Visual Show Automation, or VSA for short, is a program for creating, editing and running animatronic shows. It is a product of Brookshire Software, and is modestly priced (but not free). You can find information about it at:
In order to create a show using VSA, you follow the following steps:
1. Using an audio editor, create sound files for each character’s dialog, and a separate mix file which contains all of the characters, effects, and background music.
2. Start VSA, and fill in the appropriate settings (under Tools -> Settings…) for your hardware. This will include:
The name of each actuator (e.g. Cat Mouth)
This is the type of controller board (e.g. Pololu Servo)
The port where the controller is connected (e.g. COM5 – if using USB, you may have to hunt a bit)
This says which spot (address) on the controller board a device is connected to.
+Value, -Value and Default
These are the maximum, minimum and starting values for each servo. This is a little tricky. You need to set the max and min values so that the servos never attempt to drive beyond their physical limits (either because the servo has reached the end of its possible rotation, or the mechanical linkage on the servo has gone as far as it can go). Most servos can be commanded to go past their mechanical limits. When this happens, the electronics in the servo just keep applying maximum power to try and get there. Not only can this strip gears, the servo may also get hot, and could burn out. Once you set the +Value and -Value limits for a device, the software will not let you go beyond them. The best way to find these is to move slowly out from a safe position until the servo stops moving, then come back a little bit until the servo moves just a little. That is your end point.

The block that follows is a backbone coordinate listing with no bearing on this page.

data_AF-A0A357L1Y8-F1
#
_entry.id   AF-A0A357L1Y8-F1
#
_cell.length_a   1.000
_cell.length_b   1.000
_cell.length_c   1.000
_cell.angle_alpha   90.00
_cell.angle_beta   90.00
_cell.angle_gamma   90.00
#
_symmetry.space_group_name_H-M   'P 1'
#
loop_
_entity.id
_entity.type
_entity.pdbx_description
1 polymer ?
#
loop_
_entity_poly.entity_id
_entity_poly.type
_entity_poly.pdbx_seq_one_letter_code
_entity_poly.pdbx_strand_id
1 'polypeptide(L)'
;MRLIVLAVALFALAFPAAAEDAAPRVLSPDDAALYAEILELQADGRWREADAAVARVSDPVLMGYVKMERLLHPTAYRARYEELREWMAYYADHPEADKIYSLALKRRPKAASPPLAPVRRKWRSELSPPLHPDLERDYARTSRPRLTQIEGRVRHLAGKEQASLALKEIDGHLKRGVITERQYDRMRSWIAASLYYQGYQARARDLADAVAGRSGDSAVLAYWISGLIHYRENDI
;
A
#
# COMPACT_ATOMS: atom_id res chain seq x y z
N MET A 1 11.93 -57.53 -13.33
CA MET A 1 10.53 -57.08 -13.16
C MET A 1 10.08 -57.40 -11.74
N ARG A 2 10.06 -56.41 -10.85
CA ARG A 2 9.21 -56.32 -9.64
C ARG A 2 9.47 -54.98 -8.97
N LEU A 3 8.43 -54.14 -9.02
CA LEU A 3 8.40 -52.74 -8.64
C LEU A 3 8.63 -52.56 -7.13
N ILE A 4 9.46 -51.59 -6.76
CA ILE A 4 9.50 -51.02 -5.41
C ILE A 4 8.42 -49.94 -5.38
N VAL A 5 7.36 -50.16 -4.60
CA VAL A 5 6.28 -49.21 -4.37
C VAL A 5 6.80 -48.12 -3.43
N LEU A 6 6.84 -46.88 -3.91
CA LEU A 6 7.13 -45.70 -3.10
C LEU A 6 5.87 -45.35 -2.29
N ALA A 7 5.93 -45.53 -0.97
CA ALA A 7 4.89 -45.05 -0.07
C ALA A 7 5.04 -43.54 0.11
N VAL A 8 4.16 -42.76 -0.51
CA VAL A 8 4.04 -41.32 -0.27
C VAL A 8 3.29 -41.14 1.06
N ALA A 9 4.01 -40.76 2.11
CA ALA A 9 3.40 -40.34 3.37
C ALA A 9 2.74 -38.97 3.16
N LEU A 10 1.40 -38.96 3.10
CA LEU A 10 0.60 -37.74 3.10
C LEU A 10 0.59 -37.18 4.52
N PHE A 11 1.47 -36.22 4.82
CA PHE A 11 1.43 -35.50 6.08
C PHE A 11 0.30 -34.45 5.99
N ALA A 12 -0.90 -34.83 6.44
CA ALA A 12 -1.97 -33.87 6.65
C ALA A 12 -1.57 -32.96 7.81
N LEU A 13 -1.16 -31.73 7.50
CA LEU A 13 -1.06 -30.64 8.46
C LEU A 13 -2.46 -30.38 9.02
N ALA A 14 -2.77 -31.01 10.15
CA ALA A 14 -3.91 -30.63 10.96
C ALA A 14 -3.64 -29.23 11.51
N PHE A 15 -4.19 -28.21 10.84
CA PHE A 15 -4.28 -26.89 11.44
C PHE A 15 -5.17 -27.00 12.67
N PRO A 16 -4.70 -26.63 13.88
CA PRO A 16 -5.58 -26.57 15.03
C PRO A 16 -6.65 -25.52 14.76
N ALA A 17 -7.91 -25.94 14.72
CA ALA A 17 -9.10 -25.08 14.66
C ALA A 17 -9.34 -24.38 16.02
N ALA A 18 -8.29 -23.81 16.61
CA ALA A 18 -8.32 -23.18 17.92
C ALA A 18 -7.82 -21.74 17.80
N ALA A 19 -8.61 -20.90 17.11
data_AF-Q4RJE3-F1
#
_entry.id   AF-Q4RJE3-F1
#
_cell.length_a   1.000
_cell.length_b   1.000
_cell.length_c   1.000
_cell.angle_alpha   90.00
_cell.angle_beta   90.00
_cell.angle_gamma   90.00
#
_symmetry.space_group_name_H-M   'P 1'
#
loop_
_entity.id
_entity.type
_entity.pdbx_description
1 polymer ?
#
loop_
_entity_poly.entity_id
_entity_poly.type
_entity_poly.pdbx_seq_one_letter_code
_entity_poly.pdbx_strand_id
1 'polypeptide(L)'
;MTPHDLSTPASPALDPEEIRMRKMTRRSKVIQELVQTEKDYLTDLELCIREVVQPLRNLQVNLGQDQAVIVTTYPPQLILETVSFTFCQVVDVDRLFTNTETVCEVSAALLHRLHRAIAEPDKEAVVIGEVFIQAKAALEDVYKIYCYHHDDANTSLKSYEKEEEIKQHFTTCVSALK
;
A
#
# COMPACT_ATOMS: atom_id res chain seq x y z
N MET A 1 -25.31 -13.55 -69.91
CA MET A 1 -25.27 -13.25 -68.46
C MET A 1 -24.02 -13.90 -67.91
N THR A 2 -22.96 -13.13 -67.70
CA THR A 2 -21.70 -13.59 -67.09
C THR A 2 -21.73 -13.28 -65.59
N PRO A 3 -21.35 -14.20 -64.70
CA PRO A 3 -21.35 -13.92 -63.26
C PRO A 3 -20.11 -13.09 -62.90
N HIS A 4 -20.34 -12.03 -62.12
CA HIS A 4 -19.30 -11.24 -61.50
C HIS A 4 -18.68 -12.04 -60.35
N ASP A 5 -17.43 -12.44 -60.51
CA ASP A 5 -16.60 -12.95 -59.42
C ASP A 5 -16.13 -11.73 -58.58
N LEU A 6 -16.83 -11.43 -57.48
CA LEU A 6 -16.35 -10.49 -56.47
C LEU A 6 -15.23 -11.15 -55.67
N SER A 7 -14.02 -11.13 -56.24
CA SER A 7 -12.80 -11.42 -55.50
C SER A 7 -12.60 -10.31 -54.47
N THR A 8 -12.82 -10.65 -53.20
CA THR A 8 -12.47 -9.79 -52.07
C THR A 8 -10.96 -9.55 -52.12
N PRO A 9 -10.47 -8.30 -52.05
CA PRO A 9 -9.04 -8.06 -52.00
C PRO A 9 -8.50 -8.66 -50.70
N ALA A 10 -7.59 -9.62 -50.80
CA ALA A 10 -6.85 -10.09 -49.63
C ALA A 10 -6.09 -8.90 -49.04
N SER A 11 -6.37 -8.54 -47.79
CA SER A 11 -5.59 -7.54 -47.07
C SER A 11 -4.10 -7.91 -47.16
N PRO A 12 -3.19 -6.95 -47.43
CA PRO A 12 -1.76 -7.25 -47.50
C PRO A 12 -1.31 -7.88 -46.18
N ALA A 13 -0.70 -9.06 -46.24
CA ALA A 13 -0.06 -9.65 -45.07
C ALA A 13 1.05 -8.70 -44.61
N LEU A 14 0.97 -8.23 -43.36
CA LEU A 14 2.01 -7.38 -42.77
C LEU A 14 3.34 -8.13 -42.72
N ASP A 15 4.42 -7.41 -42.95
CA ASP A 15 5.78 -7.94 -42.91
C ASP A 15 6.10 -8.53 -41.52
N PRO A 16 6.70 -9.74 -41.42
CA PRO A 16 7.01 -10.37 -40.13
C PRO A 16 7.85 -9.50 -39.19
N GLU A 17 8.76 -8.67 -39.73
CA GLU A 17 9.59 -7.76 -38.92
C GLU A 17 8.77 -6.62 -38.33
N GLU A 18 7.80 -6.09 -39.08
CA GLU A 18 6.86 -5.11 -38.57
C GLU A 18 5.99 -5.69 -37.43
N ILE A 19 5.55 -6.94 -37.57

The default value is simply the position your servo will be set to at the beginning of your show. For example, for a head turn, you might start in the middle of the range, but for a mouth, you might start near an end with the mouth closed.
3. Generate the mouth commands. Load the first character’s audio file and run WaveMotion Analysis to the appropriate mouth track. This will generate the servo commands for that mouth. Test the result. If it doesn’t look good, tweak the parameters and try running it again. Once you are satisfied with the result, repeat this step for each of the remaining characters. Remember, you can hand edit the results to fix up problem spots, so it doesn’t have to be perfect everywhere.
4. Load the full mix audio file. You can now check to see that all the mouth movements look right together.
5. Program the remain servo tracks. You do this one track at a time, generally by using a joystick with the Execution -> Capture Events command.
6. Program the lighting tracks. This can also be done with a joystick, but it’s generally quicker to place the events manually.